(Published Aug. 2, PDI-Entertainment)
By Oliver M. Pulumbarit
GMA 7’s hit soap, “My Husband’s Lover” (weeknights, ), has all the familiar tearjerker trappings, but it’s in a decidedly unique position, sharply dissecting the dynamics of an unconventional love triangle.
Two manly guys represent the titular philandering husband and his paramour, recalling “
”-ish scenarios where the masculine gay dudes secretly get together behind their spouses’ backs. While it’s utterly tame in comparison when it comes to intimate scenes, MHL’s serial format allows it to tackle its sensitive topics in detail. Brokeback Mountain
We get a straightforward, if sometimes cliché, recipe for homosexual heartbreak: Vincent (Tom Rodriguez) is a family man, married a decade to devoted Lally (Carla Abellana), with whom he has two kids. But he’s not entirely happy, as he’s secretly still in love with his recently resurfaced old flame, Eric (Dennis Trillo).
Vincent’s situation is painfully reflective of many real closeted gay men’s problematic lives. With a severely homophobic father (Roi Vinzon) and a demanding mother (Kuh Ledesma), it’s no surprise that he keeps his thoughts and predilection to himself.
The show’s gotten really interesting, especially now that Lally has discovered the lie and is dealing with it. Despite some eye roll-worthy and cheesy moments before getting to that point, there are many things that the series is doing right.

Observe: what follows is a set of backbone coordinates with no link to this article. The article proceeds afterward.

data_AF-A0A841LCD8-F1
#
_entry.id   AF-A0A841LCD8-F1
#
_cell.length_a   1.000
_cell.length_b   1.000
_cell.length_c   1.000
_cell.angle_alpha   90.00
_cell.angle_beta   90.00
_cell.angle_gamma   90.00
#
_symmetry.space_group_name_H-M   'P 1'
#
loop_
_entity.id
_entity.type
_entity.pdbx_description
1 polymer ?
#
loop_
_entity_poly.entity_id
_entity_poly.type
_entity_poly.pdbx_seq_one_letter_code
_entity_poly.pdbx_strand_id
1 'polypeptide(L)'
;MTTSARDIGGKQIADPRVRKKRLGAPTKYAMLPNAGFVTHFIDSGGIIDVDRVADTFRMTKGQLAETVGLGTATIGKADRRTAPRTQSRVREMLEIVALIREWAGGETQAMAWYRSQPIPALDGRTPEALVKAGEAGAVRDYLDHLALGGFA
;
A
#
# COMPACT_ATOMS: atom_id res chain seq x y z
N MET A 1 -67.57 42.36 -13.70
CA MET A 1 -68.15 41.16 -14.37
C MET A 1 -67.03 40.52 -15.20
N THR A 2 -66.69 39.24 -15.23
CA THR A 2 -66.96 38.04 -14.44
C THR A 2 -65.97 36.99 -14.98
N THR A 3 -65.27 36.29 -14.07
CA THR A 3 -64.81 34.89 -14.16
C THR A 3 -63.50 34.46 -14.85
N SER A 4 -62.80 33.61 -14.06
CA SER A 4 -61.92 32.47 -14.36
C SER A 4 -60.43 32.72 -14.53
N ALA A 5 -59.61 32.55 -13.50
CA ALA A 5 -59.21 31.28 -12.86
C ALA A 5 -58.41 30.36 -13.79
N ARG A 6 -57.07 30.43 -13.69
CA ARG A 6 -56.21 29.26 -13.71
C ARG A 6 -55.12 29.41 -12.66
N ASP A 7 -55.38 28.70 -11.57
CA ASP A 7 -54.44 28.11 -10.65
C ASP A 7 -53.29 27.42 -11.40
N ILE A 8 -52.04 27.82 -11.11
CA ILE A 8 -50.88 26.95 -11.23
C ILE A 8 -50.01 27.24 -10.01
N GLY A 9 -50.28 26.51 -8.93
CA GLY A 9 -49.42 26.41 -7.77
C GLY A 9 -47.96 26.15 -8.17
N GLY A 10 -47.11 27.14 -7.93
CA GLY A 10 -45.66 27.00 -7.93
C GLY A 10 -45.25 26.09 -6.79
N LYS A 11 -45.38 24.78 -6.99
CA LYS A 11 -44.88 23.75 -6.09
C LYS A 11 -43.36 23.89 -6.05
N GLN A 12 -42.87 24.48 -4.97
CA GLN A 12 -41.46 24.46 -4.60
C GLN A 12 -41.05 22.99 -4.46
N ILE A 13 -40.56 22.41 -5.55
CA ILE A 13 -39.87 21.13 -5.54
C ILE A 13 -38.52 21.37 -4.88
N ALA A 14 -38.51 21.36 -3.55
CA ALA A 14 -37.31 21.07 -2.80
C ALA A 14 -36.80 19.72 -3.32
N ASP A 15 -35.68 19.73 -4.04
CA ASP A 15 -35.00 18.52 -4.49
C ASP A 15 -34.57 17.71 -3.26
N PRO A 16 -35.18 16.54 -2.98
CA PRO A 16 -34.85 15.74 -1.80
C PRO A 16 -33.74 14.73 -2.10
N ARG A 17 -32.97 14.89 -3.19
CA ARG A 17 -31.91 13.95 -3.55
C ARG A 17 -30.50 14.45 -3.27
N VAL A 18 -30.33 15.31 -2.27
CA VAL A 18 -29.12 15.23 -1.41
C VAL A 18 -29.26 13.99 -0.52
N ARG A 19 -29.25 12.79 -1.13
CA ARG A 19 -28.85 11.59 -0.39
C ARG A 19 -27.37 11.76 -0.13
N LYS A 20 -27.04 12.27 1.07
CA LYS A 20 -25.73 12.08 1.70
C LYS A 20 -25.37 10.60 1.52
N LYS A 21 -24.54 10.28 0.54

It has presented three, fleshed-out characters that you root for, at some point or another. Actually, the show has well-developed supporting figures that complement the beleaguered trio, as well. Lally was raised by a strong single mom (Glydel Mercado) after her father abruptly left for another woman. But a “mother of the year” award can just as easily be given to Eric’s mom and staunch ally (Chanda Romero), a liberated painter who kept dissuading the gay men from pursuing their affair.
It’s been well-acted, so far; Abellana’s grief is palpable, more so now that she’s on the warpath. Rodriguez is an astonishing revelation; he and Trillo share undeniable chemistry, just as there are sparks between him and Abellana.
The storytelling is also laudable. Images often seamlessly transition into each other: a wedding ring fades into a basketball ring; a crying Lally morphs into a broken doll in a flashback, and so on. And speaking of flashbacks, none is wasted, as every glimpse into the past has valuable parallels to the characters’ current predicaments.
The uneven part, however, is Abellana’s narration. Initially informative and emotional, it has become a robotic belaboring of the obvious in recent episodes. Also, the two overplayed songs— Ledesma’s “One More Try” and Jonalyn Viray’s “Help Me Get Over”— blare intrusively into most dramatic scenes that they’ve practically lost meaning, 30-plus episodes later.
Even so, an inevitable rapport has formed between viewers and characters. We feel exasperation for Vincent’s spineless and wishy-washy ways, but applaud him when he faces his truths. We sympathize with Lally, who now understandably feels inadequate. And we feel for Eric, who’s often starry-eyed, but keeps ending up a blubbering mess.
Whichever character you may side with, “My Husband’s Lover” is audacious, creatively presenting timely, piercing commentary on gay situations and societal biases. Let’s hope that it keeps exploring that opportunity—and its relatable trio—wisely.